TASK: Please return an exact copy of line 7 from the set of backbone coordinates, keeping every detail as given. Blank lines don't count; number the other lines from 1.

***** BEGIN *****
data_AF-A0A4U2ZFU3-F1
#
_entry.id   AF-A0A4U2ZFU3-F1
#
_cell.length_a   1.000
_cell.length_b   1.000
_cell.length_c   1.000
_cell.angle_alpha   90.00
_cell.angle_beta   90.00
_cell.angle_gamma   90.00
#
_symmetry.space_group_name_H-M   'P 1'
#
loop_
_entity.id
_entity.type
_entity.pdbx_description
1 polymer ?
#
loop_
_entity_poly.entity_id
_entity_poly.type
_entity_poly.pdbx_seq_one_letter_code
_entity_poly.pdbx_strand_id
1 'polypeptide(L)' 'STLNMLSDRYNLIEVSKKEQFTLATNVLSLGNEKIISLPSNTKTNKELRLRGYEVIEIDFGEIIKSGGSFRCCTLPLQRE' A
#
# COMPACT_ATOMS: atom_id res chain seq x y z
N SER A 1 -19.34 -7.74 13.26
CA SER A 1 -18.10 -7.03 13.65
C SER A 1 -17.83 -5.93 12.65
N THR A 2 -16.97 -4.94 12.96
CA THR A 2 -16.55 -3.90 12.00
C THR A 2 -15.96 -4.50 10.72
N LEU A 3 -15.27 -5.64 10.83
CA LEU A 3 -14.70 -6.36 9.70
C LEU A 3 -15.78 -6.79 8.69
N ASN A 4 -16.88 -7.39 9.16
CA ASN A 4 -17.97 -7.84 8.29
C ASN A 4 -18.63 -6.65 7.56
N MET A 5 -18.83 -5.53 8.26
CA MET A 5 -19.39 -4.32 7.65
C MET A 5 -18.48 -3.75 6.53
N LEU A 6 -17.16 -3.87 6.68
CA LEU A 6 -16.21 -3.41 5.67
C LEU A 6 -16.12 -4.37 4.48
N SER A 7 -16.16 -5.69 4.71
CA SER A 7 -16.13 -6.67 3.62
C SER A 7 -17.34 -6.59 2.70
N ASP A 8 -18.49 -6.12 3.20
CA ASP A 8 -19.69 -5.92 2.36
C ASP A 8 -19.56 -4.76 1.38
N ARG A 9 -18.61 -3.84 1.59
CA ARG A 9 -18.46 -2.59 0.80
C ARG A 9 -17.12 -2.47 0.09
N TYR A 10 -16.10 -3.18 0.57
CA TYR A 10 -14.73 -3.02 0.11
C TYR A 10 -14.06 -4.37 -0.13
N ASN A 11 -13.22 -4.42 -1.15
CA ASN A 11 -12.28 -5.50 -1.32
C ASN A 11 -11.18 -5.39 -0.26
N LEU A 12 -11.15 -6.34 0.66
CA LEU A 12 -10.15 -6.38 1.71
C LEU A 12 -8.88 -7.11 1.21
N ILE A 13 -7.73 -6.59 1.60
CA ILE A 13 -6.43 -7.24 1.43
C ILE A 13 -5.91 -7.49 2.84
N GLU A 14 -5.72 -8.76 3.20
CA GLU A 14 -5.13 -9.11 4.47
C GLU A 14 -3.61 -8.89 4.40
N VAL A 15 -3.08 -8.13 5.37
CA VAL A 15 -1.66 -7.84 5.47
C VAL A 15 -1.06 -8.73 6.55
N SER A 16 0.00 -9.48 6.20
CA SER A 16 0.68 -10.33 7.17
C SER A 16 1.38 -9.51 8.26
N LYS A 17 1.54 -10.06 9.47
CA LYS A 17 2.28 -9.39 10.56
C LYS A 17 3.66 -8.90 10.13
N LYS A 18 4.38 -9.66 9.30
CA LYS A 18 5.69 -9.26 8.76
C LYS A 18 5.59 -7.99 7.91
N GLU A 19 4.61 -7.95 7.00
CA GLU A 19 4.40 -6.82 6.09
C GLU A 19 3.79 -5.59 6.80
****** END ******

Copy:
_cell.length_c   1.000